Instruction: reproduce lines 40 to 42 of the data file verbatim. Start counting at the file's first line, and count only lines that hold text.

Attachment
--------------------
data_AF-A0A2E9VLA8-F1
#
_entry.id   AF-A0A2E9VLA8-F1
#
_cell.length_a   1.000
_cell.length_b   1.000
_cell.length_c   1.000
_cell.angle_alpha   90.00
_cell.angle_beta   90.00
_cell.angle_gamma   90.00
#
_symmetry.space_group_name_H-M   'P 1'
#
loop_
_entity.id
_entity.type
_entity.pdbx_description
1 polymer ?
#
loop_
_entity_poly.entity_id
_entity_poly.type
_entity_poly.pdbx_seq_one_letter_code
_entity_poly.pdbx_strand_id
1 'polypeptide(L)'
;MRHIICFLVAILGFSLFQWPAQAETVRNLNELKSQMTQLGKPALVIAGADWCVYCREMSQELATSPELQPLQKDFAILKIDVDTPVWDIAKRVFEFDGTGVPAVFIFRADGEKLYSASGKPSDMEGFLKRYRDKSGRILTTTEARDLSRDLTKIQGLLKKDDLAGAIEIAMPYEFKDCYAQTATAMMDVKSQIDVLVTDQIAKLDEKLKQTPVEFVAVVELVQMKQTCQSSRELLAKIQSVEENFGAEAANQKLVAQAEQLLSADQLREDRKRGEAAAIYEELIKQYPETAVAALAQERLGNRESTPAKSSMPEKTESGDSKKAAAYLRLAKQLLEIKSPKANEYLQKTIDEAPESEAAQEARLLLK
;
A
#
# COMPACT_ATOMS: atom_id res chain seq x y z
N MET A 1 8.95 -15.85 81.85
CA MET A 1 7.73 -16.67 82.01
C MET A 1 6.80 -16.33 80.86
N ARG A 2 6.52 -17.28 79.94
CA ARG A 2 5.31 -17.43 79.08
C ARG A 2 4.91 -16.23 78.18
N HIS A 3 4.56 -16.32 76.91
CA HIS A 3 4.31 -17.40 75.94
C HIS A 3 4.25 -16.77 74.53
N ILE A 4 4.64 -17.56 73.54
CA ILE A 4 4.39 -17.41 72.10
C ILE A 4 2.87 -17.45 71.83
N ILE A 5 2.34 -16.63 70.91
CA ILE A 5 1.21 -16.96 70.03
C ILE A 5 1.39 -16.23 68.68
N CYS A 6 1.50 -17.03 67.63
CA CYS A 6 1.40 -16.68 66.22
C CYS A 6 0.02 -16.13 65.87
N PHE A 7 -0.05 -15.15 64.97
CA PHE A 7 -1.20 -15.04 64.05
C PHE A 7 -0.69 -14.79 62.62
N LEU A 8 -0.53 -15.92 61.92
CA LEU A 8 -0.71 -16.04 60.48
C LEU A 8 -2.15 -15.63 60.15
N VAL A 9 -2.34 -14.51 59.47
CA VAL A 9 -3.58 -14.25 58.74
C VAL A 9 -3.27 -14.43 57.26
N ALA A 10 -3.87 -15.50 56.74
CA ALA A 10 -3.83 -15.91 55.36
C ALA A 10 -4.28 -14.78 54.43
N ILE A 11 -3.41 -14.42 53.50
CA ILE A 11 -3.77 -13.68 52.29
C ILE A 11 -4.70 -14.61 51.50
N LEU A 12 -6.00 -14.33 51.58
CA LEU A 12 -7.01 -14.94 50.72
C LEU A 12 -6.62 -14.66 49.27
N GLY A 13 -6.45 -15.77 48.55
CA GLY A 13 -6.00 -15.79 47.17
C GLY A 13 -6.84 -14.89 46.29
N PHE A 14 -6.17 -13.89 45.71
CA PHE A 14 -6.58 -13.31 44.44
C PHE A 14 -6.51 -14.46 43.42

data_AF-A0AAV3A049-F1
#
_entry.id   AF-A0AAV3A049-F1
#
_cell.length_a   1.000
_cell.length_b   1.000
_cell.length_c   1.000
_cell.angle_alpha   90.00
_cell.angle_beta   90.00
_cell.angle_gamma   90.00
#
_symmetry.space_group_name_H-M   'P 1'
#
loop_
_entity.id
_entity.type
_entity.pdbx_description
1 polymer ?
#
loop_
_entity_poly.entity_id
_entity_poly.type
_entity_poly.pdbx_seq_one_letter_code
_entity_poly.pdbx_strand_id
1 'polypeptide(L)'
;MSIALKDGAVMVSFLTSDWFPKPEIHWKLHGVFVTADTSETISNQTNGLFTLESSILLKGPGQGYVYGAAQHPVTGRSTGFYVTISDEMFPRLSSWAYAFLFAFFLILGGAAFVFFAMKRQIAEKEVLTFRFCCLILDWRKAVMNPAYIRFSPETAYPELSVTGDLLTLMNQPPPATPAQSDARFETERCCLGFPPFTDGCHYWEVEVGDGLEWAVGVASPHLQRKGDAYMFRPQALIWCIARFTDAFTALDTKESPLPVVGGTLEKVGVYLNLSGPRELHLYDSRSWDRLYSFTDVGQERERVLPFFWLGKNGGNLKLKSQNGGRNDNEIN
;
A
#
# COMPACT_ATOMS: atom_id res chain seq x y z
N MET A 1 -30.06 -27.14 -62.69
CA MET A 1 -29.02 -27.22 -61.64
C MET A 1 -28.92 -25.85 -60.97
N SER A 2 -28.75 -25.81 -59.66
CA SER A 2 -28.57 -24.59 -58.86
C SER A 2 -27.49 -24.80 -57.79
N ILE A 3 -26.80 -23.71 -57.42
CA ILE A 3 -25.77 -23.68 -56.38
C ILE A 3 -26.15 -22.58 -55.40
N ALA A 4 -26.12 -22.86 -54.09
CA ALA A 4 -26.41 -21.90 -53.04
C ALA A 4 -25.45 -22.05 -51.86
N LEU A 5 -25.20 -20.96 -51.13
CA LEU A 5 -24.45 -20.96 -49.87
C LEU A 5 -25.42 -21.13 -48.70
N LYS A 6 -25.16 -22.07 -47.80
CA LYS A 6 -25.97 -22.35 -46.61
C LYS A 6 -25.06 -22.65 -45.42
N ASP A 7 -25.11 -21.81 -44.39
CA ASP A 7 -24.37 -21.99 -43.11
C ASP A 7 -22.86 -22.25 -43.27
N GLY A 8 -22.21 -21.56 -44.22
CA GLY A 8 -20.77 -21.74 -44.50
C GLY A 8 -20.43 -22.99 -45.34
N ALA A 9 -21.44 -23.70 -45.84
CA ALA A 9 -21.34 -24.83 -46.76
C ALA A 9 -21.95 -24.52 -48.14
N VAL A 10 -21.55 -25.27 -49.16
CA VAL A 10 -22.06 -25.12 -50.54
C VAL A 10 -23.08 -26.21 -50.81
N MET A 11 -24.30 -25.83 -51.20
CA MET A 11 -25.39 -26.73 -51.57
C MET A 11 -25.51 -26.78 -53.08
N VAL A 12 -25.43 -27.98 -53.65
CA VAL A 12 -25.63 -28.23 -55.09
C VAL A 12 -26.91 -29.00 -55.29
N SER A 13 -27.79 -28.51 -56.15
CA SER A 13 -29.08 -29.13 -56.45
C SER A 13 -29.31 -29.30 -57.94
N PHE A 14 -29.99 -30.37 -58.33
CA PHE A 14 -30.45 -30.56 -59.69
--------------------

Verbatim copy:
N ILE A 4 4.64 -17.56 73.54
CA ILE A 4 4.39 -17.41 72.10
C ILE A 4 2.87 -17.45 71.83